Researchers have been working on this idea for some time, according to a 2007 press release from the Sandia lab. At that time, one of the researchers speculated that although a prototype of a device to carry out the chemical process was already under development, it was "a good 15 to 20 years away from being on the market."
You can follow the link to the 2007 press release here.
Using concentrated solar energy to reverse combustion, a research team from Sandia National Laboratories is building a prototype device intended to chemically “reenergize” carbon dioxide into carbon monoxide using concentrated solar power. The carbon monoxide could then be used to make hydrogen or serve as a building block to synthesize a liquid combustible fuel, such as methanol or even gasoline, diesel and jet fuel.The idea is interesting, and looking on the web it looks like others have come up with the idea (follow this link)....but. And there are two buts.
“Our overall objective with this prototype is to demonstrate the practicality of the CR5 concept and to determine how test results from small-scale testing can be expanded to work in real devices,” Miller says. “The design is conservative compared to what might eventually be developed.”
Diver says the prototype should be completed by early next year. He hand-built the precision device in a shop at Sandia’s National Solar Thermal Test Facility and is now waiting on a few parts to finalize it. Initial tests will break down water into hydrogen and oxygen. That will be followed by tests that similarly break down carbon dioxide to carbon monoxide and oxygen.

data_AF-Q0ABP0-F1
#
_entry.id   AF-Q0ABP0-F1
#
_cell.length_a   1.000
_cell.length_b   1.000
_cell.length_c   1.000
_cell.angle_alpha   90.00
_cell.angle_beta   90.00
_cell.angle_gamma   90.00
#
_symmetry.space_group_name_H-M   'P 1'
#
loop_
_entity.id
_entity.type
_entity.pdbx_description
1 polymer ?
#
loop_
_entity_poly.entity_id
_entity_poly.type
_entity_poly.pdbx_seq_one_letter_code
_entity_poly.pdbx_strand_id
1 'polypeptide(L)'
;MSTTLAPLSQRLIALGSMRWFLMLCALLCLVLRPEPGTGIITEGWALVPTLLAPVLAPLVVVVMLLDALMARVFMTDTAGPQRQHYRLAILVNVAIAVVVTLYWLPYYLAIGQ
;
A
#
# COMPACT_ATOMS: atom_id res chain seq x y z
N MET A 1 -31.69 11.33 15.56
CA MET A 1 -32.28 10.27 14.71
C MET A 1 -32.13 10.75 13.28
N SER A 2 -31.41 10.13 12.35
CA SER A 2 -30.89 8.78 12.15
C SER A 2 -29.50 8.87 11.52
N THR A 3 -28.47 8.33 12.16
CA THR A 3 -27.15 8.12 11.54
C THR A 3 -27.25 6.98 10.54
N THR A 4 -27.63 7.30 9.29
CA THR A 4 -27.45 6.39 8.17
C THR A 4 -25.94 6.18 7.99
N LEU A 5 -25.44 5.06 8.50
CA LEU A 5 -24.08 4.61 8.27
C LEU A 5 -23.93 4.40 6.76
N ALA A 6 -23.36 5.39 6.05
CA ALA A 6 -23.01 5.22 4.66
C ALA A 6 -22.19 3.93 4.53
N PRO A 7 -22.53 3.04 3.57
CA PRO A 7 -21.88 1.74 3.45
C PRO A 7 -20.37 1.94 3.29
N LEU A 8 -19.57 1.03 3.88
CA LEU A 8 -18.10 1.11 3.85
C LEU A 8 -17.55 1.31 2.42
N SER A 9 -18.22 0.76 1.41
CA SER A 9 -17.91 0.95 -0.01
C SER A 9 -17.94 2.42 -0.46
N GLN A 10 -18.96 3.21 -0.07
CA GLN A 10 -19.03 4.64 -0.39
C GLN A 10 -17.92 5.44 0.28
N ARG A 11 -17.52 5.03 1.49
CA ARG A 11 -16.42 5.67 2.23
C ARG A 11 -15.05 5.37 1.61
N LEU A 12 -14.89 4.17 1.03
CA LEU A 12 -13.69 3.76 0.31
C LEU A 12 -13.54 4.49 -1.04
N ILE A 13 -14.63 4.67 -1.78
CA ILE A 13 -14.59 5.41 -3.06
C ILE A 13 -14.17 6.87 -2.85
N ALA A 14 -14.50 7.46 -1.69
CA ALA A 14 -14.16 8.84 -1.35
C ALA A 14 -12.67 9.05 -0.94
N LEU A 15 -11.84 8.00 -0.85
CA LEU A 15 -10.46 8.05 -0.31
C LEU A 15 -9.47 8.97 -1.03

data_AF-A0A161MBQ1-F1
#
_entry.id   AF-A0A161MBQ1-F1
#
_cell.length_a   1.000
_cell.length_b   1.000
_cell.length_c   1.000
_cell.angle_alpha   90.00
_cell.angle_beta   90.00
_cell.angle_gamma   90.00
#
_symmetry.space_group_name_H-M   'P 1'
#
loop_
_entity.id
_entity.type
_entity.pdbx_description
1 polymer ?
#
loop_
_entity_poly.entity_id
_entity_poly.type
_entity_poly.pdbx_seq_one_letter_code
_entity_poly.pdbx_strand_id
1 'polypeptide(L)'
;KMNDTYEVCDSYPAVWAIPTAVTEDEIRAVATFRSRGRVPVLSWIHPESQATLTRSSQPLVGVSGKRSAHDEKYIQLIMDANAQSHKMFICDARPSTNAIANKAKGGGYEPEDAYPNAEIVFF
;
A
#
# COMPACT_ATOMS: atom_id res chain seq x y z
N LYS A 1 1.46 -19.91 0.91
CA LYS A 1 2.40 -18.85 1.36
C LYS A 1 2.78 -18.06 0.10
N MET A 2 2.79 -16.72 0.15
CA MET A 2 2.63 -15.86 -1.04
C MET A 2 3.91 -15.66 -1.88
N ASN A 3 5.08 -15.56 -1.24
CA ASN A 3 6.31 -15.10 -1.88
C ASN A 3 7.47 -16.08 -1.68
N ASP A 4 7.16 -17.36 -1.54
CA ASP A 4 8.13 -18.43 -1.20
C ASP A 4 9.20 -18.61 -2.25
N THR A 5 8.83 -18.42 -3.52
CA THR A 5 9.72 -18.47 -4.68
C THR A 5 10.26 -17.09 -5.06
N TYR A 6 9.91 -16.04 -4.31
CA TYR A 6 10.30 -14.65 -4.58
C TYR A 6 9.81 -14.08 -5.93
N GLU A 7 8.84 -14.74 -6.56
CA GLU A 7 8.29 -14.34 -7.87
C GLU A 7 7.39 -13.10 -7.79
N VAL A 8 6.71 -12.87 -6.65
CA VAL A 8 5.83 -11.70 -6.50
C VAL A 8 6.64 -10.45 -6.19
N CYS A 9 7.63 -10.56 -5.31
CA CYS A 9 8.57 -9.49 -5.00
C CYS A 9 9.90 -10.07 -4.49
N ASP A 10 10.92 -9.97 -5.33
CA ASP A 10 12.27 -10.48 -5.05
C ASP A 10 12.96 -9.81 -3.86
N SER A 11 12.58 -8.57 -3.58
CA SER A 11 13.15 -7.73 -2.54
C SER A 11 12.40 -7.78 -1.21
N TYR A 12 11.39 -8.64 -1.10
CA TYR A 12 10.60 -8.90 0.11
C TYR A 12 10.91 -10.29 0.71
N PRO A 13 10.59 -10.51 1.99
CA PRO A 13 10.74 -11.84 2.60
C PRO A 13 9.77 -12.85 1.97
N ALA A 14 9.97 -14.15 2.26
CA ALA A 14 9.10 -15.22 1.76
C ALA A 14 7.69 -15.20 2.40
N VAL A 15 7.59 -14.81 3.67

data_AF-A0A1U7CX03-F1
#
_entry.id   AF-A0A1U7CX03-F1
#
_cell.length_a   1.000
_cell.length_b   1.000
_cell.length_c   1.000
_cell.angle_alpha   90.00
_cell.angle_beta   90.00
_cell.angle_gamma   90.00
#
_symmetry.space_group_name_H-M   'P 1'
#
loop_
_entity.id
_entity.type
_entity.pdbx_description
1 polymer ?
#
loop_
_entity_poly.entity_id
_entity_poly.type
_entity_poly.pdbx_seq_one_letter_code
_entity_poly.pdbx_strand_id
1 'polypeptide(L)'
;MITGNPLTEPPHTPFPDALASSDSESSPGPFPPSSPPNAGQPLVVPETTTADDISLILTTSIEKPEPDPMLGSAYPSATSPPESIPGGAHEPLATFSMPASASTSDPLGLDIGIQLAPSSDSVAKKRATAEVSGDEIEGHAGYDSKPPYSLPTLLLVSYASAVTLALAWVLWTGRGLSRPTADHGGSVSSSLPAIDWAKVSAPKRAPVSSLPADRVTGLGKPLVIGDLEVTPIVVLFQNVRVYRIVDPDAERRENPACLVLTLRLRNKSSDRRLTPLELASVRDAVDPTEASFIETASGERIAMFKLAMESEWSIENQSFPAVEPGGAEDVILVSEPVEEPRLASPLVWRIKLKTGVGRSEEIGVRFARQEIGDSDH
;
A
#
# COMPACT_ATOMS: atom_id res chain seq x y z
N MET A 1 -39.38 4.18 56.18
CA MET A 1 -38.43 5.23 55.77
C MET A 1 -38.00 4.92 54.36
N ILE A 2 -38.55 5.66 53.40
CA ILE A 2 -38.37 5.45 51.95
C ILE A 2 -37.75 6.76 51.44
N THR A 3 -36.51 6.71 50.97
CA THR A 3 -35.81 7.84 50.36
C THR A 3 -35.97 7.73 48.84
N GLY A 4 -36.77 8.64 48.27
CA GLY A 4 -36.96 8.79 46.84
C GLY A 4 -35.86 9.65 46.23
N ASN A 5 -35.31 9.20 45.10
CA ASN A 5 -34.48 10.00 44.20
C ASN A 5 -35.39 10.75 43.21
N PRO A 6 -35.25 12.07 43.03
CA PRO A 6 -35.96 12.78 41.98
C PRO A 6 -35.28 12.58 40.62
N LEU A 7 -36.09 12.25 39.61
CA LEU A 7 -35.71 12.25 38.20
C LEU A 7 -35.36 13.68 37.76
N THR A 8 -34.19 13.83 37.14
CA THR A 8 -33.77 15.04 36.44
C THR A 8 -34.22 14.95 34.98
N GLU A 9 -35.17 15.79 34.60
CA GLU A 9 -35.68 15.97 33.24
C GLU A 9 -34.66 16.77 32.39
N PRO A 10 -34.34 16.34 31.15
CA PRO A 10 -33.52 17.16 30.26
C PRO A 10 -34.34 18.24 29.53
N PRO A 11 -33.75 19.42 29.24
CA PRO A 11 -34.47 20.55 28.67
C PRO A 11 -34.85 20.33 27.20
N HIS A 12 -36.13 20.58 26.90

The first kicker is the conversion of water to hydrogen and oxygen. The oxygen is for the most part, thrown away and the hydrogen is used with a Fischer-Tropsch reactor to convert the hydrogen and carbon monoxide to usable fuel.
At the present, there is no cheap or efficient way to convert the water to oxygen and hydrogen. The near term solution - which is not a GREAT solution but relies on conventional technology - is to perform what is called a Shift Reaction.
You take some of your CO (carbon monoxide) combine it with water and create hydrogen...and CO2 - carbon dioxide. In essence, you put all that effort in converting the CO2 to CO, only to have to take half of your CO to convert it BACK to CO2 in order to get the amount of hydrogen you need to make the fuel. That's the second but.
Just like for conventional refineries, the technology bumps into the scarcity of hydrogen.